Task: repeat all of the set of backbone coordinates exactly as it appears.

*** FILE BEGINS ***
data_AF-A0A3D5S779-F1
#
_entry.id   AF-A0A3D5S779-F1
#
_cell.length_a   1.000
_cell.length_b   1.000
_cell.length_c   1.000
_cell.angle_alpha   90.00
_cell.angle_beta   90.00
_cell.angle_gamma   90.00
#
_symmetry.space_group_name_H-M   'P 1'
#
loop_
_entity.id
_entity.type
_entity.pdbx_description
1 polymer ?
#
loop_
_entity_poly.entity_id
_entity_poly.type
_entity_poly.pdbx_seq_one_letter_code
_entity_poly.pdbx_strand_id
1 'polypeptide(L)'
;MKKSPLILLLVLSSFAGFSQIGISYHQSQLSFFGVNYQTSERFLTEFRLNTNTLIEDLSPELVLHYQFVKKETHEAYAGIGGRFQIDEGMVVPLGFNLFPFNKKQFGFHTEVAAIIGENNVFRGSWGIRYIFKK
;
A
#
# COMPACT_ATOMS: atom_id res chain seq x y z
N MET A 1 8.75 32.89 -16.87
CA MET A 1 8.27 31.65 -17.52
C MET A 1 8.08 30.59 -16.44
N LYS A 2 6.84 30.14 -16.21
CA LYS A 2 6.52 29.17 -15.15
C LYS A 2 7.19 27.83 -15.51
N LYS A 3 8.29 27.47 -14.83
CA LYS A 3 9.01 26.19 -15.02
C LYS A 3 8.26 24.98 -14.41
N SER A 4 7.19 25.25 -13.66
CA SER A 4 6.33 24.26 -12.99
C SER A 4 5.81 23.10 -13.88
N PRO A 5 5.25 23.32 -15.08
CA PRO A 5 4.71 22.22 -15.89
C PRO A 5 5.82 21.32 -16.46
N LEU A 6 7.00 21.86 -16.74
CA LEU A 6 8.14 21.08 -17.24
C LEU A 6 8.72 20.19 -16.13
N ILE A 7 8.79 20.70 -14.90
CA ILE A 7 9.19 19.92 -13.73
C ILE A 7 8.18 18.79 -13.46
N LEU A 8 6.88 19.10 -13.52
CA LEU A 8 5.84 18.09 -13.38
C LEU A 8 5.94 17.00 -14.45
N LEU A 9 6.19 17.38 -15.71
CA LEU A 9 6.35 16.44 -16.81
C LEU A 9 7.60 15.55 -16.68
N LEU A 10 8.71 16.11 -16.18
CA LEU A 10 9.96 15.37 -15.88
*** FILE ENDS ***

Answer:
data_AF-A0A3D5S779-F1
#
_entry.id   AF-A0A3D5S779-F1
#
_cell.length_a   1.000
_cell.length_b   1.000
_cell.length_c   1.000
_cell.angle_alpha   90.00
_cell.angle_beta   90.00
_cell.angle_gamma   90.00
#
_symmetry.space_group_name_H-M   'P 1'
#
loop_
_entity.id
_entity.type
_entity.pdbx_description
1 polymer ?
#
loop_
_entity_poly.entity_id
_entity_poly.type
_entity_poly.pdbx_seq_one_letter_code
_entity_poly.pdbx_strand_id
1 'polypeptide(L)'
;MKKSPLILLLVLSSFAGFSQIGISYHQSQLSFFGVNYQTSERFLTEFRLNTNTLIEDLSPELVLHYQFVKKETHEAYAGIGGRFQIDEGMVVPLGFNLFPFNKKQFGFHTEVAAIIGENNVFRGSWGIRYIFKK
;
A
#
# COMPACT_ATOMS: atom_id res chain seq x y z
N MET A 1 8.75 32.89 -16.87
CA MET A 1 8.27 31.65 -17.52
C MET A 1 8.08 30.59 -16.44
N LYS A 2 6.84 30.14 -16.21
CA LYS A 2 6.52 29.17 -15.15
C LYS A 2 7.19 27.83 -15.51
N LYS A 3 8.29 27.47 -14.83
CA LYS A 3 9.01 26.19 -15.02
C LYS A 3 8.26 24.98 -14.41
N SER A 4 7.19 25.25 -13.66
CA SER A 4 6.33 24.26 -12.99
C SER A 4 5.81 23.10 -13.88
N PRO A 5 5.25 23.32 -15.08
CA PRO A 5 4.71 22.22 -15.89
C PRO A 5 5.82 21.32 -16.46
N LEU A 6 7.00 21.86 -16.74
CA LEU A 6 8.14 21.08 -17.24
C LEU A 6 8.72 20.19 -16.13
N ILE A 7 8.79 20.70 -14.90
CA ILE A 7 9.19 19.92 -13.73
C ILE A 7 8.18 18.79 -13.46
N LEU A 8 6.88 19.10 -13.52
CA LEU A 8 5.84 18.09 -13.38
C LEU A 8 5.94 17.00 -14.45
N LEU A 9 6.19 17.38 -15.71
CA LEU A 9 6.35 16.44 -16.81
C LEU A 9 7.60 15.55 -16.68
N LEU A 10 8.71 16.11 -16.18
CA LEU A 10 9.96 15.37 -15.88